Sunday, August 18, 2019

“The Biggest Blunder in Recent Auction History”

"Anything that can go wrong, will go wrong." It's Murphy's Law.  He may have been in the audience at this weekend's RM Sotheby's auction of "the first Porsche."

To begin with, this little 1939 race car wasn't really a Porsche. That brand wasn't launched until after WWII. Ferdinand Porsche, who designed the vehicle, called it his"ancestor" Porsche.

Produced to represent Nazi Germany in a Berlin to Rome race that was cancelled when war broke out, the so-called Porsche Type 64 is more like a Volkswagen, built on the chassis of what would become the VW Beetle and powered by a souped-up VW engine. Over the years the vehicle has been significantly restored and modified. Still, it's one supercool-looking pre-war race car.

On Saturday, August 17, the almost-Porsche was put up for sale, at an expected price of $20 million or more, at RM Sotheby's auction.

And so began "the biggest auction blunder."
This is the only surviving example personally driven by Ferdinand Porsche,” the evening’s emcee said, then announced that bidding would open at “$30 million,” a figure that was written on the front media screen of the auction theatre. Half of the crowd laughed; the other half cheered. After rapid bidding up to “$70 million,” with the crowd on its feet, iPhones raised, and cheering, the auctioneer announced that he had meant to say “$13 million,” and then “$17 million,” rather than 30 and 70. The media screen was quickly changed to reflect the $17 million sum.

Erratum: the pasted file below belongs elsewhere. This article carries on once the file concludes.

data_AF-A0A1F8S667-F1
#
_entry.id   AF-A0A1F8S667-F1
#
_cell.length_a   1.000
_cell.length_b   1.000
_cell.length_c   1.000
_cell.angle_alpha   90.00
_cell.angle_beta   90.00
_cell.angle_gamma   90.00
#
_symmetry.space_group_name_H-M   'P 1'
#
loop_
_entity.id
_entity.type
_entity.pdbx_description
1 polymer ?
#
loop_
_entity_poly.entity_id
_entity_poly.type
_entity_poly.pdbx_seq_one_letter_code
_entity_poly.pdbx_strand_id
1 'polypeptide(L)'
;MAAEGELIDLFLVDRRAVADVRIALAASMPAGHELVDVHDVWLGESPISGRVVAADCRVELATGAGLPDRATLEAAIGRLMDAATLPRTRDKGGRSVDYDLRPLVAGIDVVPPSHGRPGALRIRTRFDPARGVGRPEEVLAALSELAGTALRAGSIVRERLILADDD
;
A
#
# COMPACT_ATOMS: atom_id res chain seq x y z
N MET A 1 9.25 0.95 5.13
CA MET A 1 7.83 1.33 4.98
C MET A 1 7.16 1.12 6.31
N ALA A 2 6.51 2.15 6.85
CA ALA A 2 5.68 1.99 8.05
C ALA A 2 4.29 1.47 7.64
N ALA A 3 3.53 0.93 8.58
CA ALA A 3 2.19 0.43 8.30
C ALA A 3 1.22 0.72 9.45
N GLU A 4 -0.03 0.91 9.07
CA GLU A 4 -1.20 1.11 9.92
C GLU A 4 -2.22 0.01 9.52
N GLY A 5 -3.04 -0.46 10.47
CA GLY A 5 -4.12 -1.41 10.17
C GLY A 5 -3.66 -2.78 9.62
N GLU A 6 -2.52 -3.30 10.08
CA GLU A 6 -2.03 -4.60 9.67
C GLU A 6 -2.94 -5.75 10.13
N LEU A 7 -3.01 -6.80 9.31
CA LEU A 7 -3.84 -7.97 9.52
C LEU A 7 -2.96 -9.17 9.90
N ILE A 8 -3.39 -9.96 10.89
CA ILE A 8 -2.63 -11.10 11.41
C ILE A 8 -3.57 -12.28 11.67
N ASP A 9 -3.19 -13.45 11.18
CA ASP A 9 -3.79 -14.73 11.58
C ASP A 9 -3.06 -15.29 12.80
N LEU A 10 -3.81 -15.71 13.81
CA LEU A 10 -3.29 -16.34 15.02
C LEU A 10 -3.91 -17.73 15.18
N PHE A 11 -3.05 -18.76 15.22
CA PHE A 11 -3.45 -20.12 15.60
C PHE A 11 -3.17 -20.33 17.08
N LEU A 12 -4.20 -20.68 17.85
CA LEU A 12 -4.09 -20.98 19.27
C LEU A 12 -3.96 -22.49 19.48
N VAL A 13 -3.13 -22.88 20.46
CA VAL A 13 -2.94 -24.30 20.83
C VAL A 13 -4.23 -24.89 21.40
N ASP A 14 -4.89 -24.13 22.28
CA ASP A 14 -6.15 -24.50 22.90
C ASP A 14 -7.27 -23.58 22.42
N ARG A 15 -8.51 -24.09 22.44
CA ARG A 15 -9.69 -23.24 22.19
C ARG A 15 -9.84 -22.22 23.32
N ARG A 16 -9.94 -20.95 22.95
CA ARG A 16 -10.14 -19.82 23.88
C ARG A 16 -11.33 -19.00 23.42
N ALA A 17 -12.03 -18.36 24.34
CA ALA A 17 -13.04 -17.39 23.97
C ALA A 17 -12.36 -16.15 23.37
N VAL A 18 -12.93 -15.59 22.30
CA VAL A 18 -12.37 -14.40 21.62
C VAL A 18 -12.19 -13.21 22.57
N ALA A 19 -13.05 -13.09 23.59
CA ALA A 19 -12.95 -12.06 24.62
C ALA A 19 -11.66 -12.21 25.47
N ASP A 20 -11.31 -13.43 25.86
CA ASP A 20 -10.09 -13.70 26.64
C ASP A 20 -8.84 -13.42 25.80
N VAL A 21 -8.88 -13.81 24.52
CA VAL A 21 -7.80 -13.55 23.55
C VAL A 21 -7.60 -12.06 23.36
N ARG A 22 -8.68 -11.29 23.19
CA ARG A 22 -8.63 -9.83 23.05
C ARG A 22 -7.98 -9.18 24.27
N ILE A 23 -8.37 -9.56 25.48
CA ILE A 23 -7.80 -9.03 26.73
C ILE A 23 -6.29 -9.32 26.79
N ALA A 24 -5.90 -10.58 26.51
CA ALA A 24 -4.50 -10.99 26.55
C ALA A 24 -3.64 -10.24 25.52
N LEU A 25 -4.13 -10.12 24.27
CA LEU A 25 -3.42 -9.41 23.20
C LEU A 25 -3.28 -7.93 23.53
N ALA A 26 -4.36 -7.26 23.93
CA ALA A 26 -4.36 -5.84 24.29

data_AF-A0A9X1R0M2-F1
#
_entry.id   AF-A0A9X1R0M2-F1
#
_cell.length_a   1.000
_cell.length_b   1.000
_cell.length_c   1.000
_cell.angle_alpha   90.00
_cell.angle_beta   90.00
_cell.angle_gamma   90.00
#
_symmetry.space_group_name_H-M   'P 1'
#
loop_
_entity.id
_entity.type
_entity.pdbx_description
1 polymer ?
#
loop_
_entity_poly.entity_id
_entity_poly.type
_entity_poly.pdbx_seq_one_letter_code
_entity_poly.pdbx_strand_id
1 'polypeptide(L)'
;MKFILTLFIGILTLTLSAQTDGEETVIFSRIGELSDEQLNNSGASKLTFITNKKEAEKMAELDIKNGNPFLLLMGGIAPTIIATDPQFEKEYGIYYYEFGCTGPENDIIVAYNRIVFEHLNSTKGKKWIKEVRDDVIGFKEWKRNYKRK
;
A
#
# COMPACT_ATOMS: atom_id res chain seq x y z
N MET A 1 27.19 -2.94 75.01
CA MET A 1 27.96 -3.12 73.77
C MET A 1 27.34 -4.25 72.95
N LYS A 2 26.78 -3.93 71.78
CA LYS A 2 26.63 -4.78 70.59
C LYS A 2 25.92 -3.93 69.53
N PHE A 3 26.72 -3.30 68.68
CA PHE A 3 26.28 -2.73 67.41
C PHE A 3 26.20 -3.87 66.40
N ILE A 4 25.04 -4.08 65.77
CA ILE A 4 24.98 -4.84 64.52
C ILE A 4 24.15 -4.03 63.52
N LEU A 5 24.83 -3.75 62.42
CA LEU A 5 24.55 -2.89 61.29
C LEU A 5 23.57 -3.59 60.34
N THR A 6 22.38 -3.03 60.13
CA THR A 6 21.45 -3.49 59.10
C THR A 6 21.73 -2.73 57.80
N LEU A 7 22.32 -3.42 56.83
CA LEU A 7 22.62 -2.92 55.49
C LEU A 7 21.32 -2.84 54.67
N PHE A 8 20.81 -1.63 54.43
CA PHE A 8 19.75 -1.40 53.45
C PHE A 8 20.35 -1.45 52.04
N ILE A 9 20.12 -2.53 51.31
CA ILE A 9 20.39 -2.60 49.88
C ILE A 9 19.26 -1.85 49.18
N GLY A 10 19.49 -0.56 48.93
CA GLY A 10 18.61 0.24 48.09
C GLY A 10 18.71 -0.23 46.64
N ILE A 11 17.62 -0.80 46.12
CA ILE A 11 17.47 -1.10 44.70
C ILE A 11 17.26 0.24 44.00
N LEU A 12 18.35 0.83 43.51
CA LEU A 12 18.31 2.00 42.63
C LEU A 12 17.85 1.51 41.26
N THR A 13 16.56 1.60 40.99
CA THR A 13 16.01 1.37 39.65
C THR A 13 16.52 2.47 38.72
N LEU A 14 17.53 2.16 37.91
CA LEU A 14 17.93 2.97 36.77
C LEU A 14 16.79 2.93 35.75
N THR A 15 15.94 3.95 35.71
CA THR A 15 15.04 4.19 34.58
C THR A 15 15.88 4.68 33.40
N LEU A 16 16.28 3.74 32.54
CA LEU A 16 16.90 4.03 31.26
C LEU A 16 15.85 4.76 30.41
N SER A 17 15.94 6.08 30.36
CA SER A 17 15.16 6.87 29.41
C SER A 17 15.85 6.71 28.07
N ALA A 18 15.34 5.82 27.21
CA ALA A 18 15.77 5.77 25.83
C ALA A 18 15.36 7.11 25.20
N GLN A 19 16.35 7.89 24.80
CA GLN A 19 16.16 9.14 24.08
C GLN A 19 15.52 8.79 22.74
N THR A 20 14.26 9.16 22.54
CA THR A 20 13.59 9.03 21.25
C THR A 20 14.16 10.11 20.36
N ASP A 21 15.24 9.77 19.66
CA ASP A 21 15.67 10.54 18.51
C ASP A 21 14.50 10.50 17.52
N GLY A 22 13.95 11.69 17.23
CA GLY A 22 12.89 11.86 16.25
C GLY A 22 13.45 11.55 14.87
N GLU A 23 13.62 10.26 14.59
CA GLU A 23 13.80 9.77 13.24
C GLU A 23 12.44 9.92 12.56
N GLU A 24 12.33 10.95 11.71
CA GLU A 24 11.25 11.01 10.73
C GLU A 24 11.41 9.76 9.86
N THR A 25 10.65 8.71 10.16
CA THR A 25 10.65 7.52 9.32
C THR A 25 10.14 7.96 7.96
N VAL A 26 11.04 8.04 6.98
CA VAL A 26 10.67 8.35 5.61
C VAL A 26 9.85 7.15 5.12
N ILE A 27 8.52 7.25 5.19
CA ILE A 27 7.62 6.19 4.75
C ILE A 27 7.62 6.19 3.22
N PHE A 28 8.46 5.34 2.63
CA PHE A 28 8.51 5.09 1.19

Boos and shocked yelps and shouts ensued. People walked out.
At $70 million, the pre-Porsche would have been by far the most expensive vehicle ever sold at auction. At the actual final bid, $17 million, the reserve price was not met. So, no sale.

Monday, August 12, 2019

Phone Scamming: “This is Your Government Calling”

Since 2014, Michelle Singletary writes in The Washington Post, the FTC has received almost 1.3 million reports of scam phone calls from government imposters. Many, many more calls have gone unreported.

Popular current scam, judging from how often I receive the message: "Due to suspicious activity, your Social Security account has been suspended." Correcting the "problem" of course involves cleaning out the individual's bank account.

Singletary's column includes precautionary tips that wealth managers should pass along to their elderly clients.

Wednesday, August 07, 2019

Private Equity: for Better or for Worse?

At best,  private equity firms acquire so-so-companies and make them better businesses. At worst, they loot and scoot, stripping companies of assets and leaving them buried in debt.

Presidential hopeful Senator Elizabeth Warren sees the worst. She proposes to make private equity firms responsible for the debts and pension liabilities of companies they control.

The SEC chairman sees the best, advocating changes that would allow everyone access to deals now limited to well-heeled investors.

When your obedient blogger was a lad, private equity was truly private – a deal your lawyer or financial adviser put together. Now that private equity is big business, regulatory proposals are inevitable.

Bigness, however, does not necessarily result in superior returns for investors. For the fiscal year ending in June, the median public pension fund earned a return of less than 7%. A plain vanilla portfolio of 60% stocks, 40% bonds would have earned better than 9%.

Apparent reason for the pension funds shortfall? Significant investments in alternative assets, notably private equity.

Livestreaming funerals

This is not brand new news, but it is the first I've heard of it.  According to Wired, more and more funerals are being livestreamed, to allow the more distant to participate.  A recording of the stream may be posted for later viewing.  Reportedly many families find this very comforting.

One more thing for the estate planner to mention!